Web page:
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The Pyrenean ibex, an impressive mountain goat that lived in the central Pyrenees in Spain, went extinct in 2000. But a...
Tight budgets are forcing NASA to consider turning off one or more planetary science projects that have completed their...
Ebola is not a stranger to West Africa—an outbreak in the 1990s killed chimpanzees and sickened one researcher. But the...
In an as-yet-unpublished report, an international panel of geoscientists has concluded that a pair of deadly...
Tropical disease experts tried and failed before to eradicate yaws, a rare disfiguring disease of poor countries. Now,...
Since 2002, researchers have reported that agricultural communities in the hot and humid Pacific Coast of Central...
Balkan endemic kidney disease surfaced in the 1950s and for decades defied attempts to finger the cause. It occurred...
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Cheap Batteries Designed From Scratch
15 April 1998 7:00 pm
A cheaper, lighter version of the lithium batteries used in laptop computers and cellular phones may soon become available. Researchers have found a way to replace cobalt--the most expensive component of these batteries--with aluminum. The new material, described in today's issue of Nature, is the first of its kind to be designed using theoretical calculations rather than simply by trial and error.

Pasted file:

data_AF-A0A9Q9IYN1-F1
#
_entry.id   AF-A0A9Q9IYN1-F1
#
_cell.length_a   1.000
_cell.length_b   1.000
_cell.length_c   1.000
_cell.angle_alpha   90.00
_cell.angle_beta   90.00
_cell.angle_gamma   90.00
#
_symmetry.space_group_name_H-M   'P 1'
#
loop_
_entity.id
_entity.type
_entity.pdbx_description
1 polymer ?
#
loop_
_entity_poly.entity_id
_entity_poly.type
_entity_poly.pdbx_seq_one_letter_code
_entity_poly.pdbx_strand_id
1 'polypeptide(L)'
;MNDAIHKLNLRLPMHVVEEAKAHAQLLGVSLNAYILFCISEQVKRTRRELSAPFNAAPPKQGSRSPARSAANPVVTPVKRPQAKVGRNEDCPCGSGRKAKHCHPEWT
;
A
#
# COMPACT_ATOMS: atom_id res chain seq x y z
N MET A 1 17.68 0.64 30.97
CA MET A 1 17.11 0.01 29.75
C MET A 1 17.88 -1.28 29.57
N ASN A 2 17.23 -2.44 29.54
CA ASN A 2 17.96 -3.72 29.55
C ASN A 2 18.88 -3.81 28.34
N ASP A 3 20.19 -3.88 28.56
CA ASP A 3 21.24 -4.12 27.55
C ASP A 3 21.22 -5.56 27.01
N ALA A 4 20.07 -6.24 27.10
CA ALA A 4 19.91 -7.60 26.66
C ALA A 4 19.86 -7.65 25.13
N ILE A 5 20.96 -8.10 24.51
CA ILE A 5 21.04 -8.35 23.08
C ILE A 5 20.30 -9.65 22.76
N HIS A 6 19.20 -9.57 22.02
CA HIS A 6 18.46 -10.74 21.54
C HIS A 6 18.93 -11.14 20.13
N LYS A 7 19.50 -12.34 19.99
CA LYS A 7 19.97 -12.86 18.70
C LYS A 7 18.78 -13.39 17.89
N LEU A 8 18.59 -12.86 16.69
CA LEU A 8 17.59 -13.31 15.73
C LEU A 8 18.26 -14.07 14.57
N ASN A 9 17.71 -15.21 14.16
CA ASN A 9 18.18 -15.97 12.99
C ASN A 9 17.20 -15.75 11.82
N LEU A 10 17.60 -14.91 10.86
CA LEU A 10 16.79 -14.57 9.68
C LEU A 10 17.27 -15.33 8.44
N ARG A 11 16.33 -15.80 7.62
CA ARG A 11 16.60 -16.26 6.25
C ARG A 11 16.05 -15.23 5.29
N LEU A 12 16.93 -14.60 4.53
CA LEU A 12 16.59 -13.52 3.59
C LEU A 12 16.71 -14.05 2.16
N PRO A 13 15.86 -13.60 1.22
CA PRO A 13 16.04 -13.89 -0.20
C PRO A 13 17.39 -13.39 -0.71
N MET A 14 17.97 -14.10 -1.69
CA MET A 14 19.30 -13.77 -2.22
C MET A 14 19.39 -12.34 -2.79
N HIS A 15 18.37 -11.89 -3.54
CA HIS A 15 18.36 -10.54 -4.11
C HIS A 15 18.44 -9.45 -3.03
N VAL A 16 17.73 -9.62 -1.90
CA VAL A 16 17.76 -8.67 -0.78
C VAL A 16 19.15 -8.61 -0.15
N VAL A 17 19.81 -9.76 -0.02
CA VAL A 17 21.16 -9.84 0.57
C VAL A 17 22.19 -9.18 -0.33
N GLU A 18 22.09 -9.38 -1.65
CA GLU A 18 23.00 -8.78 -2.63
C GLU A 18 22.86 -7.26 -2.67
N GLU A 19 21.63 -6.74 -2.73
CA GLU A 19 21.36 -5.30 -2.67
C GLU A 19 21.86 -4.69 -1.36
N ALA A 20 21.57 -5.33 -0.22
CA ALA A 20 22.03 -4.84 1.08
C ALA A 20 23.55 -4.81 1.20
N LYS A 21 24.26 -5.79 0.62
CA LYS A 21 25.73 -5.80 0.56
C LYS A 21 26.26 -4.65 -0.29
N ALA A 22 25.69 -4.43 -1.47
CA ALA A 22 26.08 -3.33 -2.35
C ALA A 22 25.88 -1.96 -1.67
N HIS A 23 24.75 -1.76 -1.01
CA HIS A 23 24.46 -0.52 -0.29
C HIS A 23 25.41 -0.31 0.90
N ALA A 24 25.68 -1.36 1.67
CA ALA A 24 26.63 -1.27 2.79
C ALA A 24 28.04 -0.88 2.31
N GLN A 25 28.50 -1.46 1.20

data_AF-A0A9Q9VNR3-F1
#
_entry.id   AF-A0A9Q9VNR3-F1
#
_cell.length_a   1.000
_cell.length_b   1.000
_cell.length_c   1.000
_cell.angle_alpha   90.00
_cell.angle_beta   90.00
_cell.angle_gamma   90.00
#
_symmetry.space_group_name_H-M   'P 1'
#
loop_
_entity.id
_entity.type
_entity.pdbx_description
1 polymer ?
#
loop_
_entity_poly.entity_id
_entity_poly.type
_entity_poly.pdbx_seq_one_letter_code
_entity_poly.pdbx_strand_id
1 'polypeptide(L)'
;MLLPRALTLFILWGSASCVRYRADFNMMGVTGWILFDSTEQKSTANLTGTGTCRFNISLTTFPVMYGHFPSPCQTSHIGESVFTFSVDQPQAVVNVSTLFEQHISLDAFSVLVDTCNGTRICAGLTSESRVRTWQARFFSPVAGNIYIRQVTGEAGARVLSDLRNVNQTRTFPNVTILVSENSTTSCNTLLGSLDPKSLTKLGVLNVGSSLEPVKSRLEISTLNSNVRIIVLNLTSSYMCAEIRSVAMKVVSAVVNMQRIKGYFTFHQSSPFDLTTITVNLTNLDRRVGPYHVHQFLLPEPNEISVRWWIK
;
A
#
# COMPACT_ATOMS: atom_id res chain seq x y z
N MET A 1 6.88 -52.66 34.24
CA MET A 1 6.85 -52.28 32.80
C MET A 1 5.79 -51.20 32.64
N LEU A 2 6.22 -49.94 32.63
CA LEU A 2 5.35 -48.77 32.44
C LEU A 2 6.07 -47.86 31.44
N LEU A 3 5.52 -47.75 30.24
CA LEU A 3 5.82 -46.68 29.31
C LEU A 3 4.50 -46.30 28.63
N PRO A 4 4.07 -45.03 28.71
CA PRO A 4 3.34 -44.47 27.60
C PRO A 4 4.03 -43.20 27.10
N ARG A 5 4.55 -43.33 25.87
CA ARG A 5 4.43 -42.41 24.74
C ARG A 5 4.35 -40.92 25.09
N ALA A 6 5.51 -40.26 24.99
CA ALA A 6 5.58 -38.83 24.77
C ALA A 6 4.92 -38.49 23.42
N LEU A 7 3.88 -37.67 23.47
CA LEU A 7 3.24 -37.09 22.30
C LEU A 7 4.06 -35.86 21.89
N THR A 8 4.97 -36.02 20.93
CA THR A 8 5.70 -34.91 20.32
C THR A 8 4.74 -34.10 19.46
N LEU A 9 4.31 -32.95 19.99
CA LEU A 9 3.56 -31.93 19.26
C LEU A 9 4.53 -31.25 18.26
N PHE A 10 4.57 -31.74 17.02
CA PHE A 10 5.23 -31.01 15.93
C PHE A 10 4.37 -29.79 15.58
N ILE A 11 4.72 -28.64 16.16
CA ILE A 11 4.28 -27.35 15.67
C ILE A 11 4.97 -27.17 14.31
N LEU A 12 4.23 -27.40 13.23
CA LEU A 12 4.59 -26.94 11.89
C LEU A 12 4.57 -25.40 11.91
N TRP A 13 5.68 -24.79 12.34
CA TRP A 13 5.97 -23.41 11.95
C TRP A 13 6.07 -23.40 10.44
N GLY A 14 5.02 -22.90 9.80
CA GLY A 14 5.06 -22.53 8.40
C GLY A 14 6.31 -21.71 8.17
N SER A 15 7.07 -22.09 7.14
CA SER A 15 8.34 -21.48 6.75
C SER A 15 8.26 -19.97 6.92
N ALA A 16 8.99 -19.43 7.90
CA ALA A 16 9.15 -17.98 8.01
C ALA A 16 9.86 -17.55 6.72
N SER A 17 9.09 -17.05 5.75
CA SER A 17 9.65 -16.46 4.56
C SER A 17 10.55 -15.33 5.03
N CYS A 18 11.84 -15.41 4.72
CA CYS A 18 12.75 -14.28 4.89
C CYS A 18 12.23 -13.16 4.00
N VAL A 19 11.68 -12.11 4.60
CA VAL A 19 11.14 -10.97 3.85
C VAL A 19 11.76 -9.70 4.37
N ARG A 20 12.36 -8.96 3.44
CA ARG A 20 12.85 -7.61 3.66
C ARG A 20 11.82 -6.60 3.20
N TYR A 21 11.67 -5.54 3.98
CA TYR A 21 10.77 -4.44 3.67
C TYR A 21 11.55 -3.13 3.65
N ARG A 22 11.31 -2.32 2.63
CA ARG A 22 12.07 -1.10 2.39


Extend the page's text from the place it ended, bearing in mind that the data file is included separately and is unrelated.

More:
Batteries discharge electricity by sending a stream of electrons from a positive to a negative electrode, thus powering any device that dips into that stream. In lithium batteries, the negative electrodes are made up of an oxide of lithium and cobalt. Cobalt is expensive, but scientists thought that only metals like cobalt could satisfactorily discharge the current. One strategy for finding a replacement electrode would be to fabricate and test countless combinations of lithium-metal oxides. Gerd Ceder and his colleagues at the Massachusetts Institute of Technology wanted to search in a more directed way.
Armed with the basic laws of quantum mechanics, they developed a computer simulation that predicted the properties of different materials. The calculations identified a promising replacement: an oxide made primarily of lithium and aluminum. The team synthesized this new material and experimentally confirmed their predictions. That aluminum works supports a previous finding of theirs that oxygen is more important than cobalt in accepting electrons from the positive electrode.
The work is a "marvelous" example of how theory can point to an experiment, says Didier de Fontaine, a materials scientist at the University of California, Berkeley, who has done pioneering work in calculating the properties of complicated materials from the ground up. Ceder and his colleagues say they have already developed a different material, based on the same approach, that could be ready to use in a battery in less than a year.